This study is designed to use PET scans in order to measure activity of the sympathetic nervous system. The sympathetic nervous system is the portion of the nervous system that maintains a normal supply of blood and fuel to organs during stressful situations.
PET scan or Positron Emission Tomography is an advanced form of an X-ray. It is used to detect radioactive substances in the body. During this study researchers plan to inject small amounts of the radioactive drug fluorodopamine into patients. Fluorodopamine is very similar to the chemicals found in the sympathetic nervous system. It can attach to sympathetic nerve endings and allow researchers to view them with the aid of a PET scan. One area of the body with many sympathetic nerve endings is the heart. After giving a dose of fluorodopamine, researchers will be able to visualize all of the sympathetic nerve endings involved in the activity of the heart. In addition, this diagnostic test will help researchers detect abnormalities of the nervous system of patient's hearts.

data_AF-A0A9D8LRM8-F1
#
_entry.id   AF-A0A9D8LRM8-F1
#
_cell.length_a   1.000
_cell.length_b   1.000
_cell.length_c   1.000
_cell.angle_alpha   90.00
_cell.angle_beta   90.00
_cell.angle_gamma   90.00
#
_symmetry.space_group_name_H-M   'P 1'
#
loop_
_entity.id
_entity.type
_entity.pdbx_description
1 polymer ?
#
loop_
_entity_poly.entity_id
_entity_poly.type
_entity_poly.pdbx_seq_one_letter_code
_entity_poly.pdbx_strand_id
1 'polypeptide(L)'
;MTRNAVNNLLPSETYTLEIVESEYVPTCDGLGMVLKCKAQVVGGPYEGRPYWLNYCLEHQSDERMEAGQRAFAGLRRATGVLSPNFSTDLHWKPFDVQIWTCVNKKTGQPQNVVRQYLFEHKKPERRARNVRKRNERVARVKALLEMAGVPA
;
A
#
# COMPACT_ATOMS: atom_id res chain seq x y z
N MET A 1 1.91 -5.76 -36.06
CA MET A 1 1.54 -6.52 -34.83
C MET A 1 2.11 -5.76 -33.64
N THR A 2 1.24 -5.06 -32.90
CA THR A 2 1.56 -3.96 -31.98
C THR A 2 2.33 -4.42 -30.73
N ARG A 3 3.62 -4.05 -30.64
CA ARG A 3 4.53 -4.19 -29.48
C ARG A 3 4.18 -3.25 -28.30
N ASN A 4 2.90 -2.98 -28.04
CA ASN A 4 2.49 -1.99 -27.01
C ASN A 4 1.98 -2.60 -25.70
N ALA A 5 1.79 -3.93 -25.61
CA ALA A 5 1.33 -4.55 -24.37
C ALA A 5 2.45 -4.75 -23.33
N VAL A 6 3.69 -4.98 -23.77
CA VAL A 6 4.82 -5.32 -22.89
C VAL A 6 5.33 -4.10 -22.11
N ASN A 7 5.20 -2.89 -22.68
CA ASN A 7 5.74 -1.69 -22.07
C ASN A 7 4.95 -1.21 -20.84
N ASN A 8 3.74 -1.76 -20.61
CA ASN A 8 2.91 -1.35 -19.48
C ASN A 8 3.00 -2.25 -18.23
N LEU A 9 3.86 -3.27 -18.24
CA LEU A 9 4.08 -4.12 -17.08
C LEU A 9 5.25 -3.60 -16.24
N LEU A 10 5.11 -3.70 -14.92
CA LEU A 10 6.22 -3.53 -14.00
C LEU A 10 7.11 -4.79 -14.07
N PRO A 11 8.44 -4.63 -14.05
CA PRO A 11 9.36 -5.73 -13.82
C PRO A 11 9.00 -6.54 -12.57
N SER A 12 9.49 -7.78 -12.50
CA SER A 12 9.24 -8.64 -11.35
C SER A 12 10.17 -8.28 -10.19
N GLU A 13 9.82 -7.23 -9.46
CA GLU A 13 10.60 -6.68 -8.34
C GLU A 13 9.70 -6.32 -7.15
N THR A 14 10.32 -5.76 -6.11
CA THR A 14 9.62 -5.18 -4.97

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This project applies positron emission tomographic (PET) scanning after administration of 6-[18F]fluorodopamine ([18F]-6F-DA) to visualize sympathetic innervation and function in patients with neurocardiologic disorders. Patients undergo infusion of [18F]-6F-DA, followed by PET scanning of one or more body regions. Patients may also undergo PET scanning after administration of [13N]-ammonia, to assess regional perfusion; regional blood sampling (including sampling from the coronary sinus or great cardiac vein) during infusion of [3H]-l-norepinephrine ([3H]-NE), to assess the kinetics and metabolism of NE; or magnetic resonance imaging (MRI) to delineate the ventricular myocardium. PET scanning after [18F]-6F-DA administration, in conjunction with other clinical assessment tools, should provide comprehensive information about regional sympathoneural innervation and function in neurocardiologic disorders.